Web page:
In a moment….our lives can change. In an instant.
Safety is an illusion.
I work as a nurse in an intensive care unit. Last week a health care worker drew blood on an HIV positive patient and then accidentally stuck herself with the dirty needle. A life-changing moment, a life-changing instant.
I’ve thought before that I wished life had the same “undo” button that exists on my word processor, my email program. I wish I had an undo button that I could keep in my pocket. How would life be different if we carried undo buttons? I know that health care worker so wished she had access to an undo button. That she could have rolled back time to the instant before.
I was supposed to also draw blood on that same patient later that day. It made me feel vulnerable…I’ve stuck myself with dirty needles already twice this year. I’m unlucky with needles. Another nurse I worked with, who had young children at home, drew the blood instead of me. She said she had no fear, even after the incident that same day with our colleague. She felt my discomfort might make me more likely to have an accident, so felt she was the better person to draw the blood. I was ashamed I wasn’t more courageous. She was my hero that day. I was weak, she was strong.
But I used to be the fearless one.
I don’t want to blame cancer, but my cancer experience has made me feel more vulnerable. The bad thing doesn’t always happen to someone else, sometimes the bad thing happens to you. The unexpected thing. The thing you never would have predicted.
Over the years I’ve drawn lots of blood….many times in an inner city ICU. Many of our patients were IV drug abusers. They hadn’t been tested for HIV, but I’m sure some would have tested positive. But before cancer I drew their blood all of the time without hesitation, even those with a pending HIV test (years ago I even stuck myself with the dirty needle of a patient with an HIV test pending..his test later came back negative).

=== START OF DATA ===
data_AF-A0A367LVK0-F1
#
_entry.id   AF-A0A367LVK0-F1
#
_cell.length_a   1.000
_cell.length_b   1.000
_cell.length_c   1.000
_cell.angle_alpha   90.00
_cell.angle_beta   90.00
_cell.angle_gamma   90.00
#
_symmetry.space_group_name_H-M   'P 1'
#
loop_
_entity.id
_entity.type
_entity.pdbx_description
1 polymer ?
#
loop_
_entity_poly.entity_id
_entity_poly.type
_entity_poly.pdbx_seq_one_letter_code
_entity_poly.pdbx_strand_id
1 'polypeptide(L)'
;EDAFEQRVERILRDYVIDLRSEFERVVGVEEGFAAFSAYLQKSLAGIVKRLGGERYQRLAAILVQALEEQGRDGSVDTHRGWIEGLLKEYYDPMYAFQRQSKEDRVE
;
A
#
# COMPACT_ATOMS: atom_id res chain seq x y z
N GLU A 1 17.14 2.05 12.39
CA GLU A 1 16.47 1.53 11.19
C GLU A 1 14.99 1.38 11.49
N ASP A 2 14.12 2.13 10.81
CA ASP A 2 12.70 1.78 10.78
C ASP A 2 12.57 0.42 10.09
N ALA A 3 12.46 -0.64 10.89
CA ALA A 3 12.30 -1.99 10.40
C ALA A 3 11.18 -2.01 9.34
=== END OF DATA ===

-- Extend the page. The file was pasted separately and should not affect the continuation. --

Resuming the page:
But before cancer I felt safe. I didn’t feel as vulnerable.
After cancer, though, I know all bets are off. I vividly remember when I first learned I had cancer. My own life-changing moment.
I know now my future can change….in an instant. Anyone’s can.
I’m sorry to have not posted more recently, but my life has been chaotic lately (but will settle down soon). I love writing here and love the feedback I get….this blog has become very important to me as it connects me with others who share a similar experience. I feel badly when I neglect writing here. I also love to write, and the writing here is therapeutic for me…and if it benefits others also, I KNOW it is a good thing and that I need to be “here”.
I left my eldest and firstborn at a college today…three hours away from me. We have been very close, and now that we are apart, I admit to being afraid. Afraid that her life and dreams will lead her away from me and that we will one day become distant and not enjoy the closeness we share now. Afraid that a purpose I’ve had in being a parent for 18 years will become insignificant, that maybe I will lose my value? I worry that she will make a mistake she will be afraid to tell me about, that she might make a mistake that will alter the course of her life forever and squash her dreams. And control freak that I am, I have to learn to relinquish control of one of my own and to let her take control of her own life now, as she should. I’m sure I am thinking of many more things that I haven’t yet put to words. But all day I’ve easily come to tears. I asked her to please not be sentimental and to be obnoxious as we left so that I wouldn’t feel so sad, and she tried, but failed. I’ve cried on and off all day.
But today made me think of a lot of things. Life is transitions. Transitions and change are normal. They promote growth. Our lives are not meant to be a slow and steady journey along a predictable path…growth only happens when we experience the unpredictable, when change happens. Change in our lives is a constant that we should expect.
I’m sad my child, whom I’ve loved beyond all measure for 18 years, is beyond my reach. But I know she is where she should be, that my job ultimately was to let her go. Letting go is a transition in successful and honorable parenting. Loving parents are supposed to let their kids fly….even away from them. Real love isn’t always holding close…..sometimes real love is in the letting go. Controlling love that hangs on too tightly stifles growth. I don’t want to prevent my kids from growing into the people they were meant to be.